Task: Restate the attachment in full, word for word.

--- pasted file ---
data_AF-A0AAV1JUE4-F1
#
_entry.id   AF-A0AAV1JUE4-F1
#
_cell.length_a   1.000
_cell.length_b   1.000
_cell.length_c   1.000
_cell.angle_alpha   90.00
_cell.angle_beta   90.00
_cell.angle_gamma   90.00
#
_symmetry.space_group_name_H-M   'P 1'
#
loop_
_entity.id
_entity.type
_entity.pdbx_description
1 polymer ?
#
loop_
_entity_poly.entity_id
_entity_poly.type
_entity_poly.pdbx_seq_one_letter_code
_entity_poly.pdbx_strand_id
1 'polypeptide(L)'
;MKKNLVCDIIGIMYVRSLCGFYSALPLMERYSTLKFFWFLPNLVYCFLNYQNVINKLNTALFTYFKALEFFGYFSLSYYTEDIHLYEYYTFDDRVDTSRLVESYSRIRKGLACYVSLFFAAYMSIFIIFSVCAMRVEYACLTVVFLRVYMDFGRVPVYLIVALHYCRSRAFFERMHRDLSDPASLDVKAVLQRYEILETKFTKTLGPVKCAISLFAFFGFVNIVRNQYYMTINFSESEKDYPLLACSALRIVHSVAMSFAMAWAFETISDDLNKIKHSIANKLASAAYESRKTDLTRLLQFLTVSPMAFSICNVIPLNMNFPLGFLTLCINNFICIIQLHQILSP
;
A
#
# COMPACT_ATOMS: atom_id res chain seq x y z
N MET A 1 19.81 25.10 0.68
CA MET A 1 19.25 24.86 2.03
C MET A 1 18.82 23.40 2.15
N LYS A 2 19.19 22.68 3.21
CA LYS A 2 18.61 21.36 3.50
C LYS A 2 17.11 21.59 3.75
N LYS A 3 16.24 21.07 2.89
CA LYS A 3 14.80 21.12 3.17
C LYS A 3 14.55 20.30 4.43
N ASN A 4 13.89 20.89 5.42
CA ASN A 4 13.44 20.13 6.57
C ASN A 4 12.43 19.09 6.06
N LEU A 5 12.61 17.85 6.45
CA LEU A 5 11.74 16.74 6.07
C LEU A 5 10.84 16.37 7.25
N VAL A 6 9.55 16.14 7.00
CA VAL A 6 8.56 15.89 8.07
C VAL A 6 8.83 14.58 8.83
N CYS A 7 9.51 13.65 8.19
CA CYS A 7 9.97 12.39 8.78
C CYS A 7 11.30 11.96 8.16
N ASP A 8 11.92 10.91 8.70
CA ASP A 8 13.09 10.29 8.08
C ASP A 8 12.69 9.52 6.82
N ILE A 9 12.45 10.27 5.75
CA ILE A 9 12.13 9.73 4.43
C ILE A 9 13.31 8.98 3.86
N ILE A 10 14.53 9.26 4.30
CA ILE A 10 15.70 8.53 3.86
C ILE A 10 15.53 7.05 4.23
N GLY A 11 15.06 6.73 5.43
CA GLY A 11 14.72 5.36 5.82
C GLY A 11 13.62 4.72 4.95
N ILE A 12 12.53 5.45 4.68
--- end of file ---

data_AF-A0AAV1JUE4-F1
#
_entry.id   AF-A0AAV1JUE4-F1
#
_cell.length_a   1.000
_cell.length_b   1.000
_cell.length_c   1.000
_cell.angle_alpha   90.00
_cell.angle_beta   90.00
_cell.angle_gamma   90.00
#
_symmetry.space_group_name_H-M   'P 1'
#
loop_
_entity.id
_entity.type
_entity.pdbx_description
1 polymer ?
#
loop_
_entity_poly.entity_id
_entity_poly.type
_entity_poly.pdbx_seq_one_letter_code
_entity_poly.pdbx_strand_id
1 'polypeptide(L)'
;MKKNLVCDIIGIMYVRSLCGFYSALPLMERYSTLKFFWFLPNLVYCFLNYQNVINKLNTALFTYFKALEFFGYFSLSYYTEDIHLYEYYTFDDRVDTSRLVESYSRIRKGLACYVSLFFAAYMSIFIIFSVCAMRVEYACLTVVFLRVYMDFGRVPVYLIVALHYCRSRAFFERMHRDLSDPASLDVKAVLQRYEILETKFTKTLGPVKCAISLFAFFGFVNIVRNQYYMTINFSESEKDYPLLACSALRIVHSVAMSFAMAWAFETISDDLNKIKHSIANKLASAAYESRKTDLTRLLQFLTVSPMAFSICNVIPLNMNFPLGFLTLCINNFICIIQLHQILSP
;
A
#
# COMPACT_ATOMS: atom_id res chain seq x y z
N MET A 1 19.81 25.10 0.68
CA MET A 1 19.25 24.86 2.03
C MET A 1 18.82 23.40 2.15
N LYS A 2 19.19 22.68 3.21
CA LYS A 2 18.61 21.36 3.50
C LYS A 2 17.11 21.59 3.75
N LYS A 3 16.24 21.07 2.89
CA LYS A 3 14.80 21.12 3.17
C LYS A 3 14.55 20.30 4.43
N ASN A 4 13.89 20.89 5.42
CA ASN A 4 13.44 20.13 6.57
C ASN A 4 12.43 19.09 6.06
N LEU A 5 12.61 17.85 6.45
CA LEU A 5 11.74 16.74 6.07
C LEU A 5 10.84 16.37 7.25
N VAL A 6 9.55 16.14 7.00
CA VAL A 6 8.56 15.89 8.07
C VAL A 6 8.83 14.58 8.83
N CYS A 7 9.51 13.65 8.19
CA CYS A 7 9.97 12.39 8.78
C CYS A 7 11.30 11.96 8.16
N ASP A 8 11.92 10.91 8.70
CA ASP A 8 13.09 10.29 8.08
C ASP A 8 12.69 9.52 6.82
N ILE A 9 12.45 10.27 5.75
CA ILE A 9 12.13 9.73 4.43
C ILE A 9 13.31 8.98 3.86
N ILE A 10 14.53 9.26 4.30
CA ILE A 10 15.70 8.53 3.86
C ILE A 10 15.53 7.05 4.23
N GLY A 11 15.06 6.73 5.43
CA GLY A 11 14.72 5.36 5.82
C GLY A 11 13.62 4.72 4.95
N ILE A 12 12.53 5.45 4.68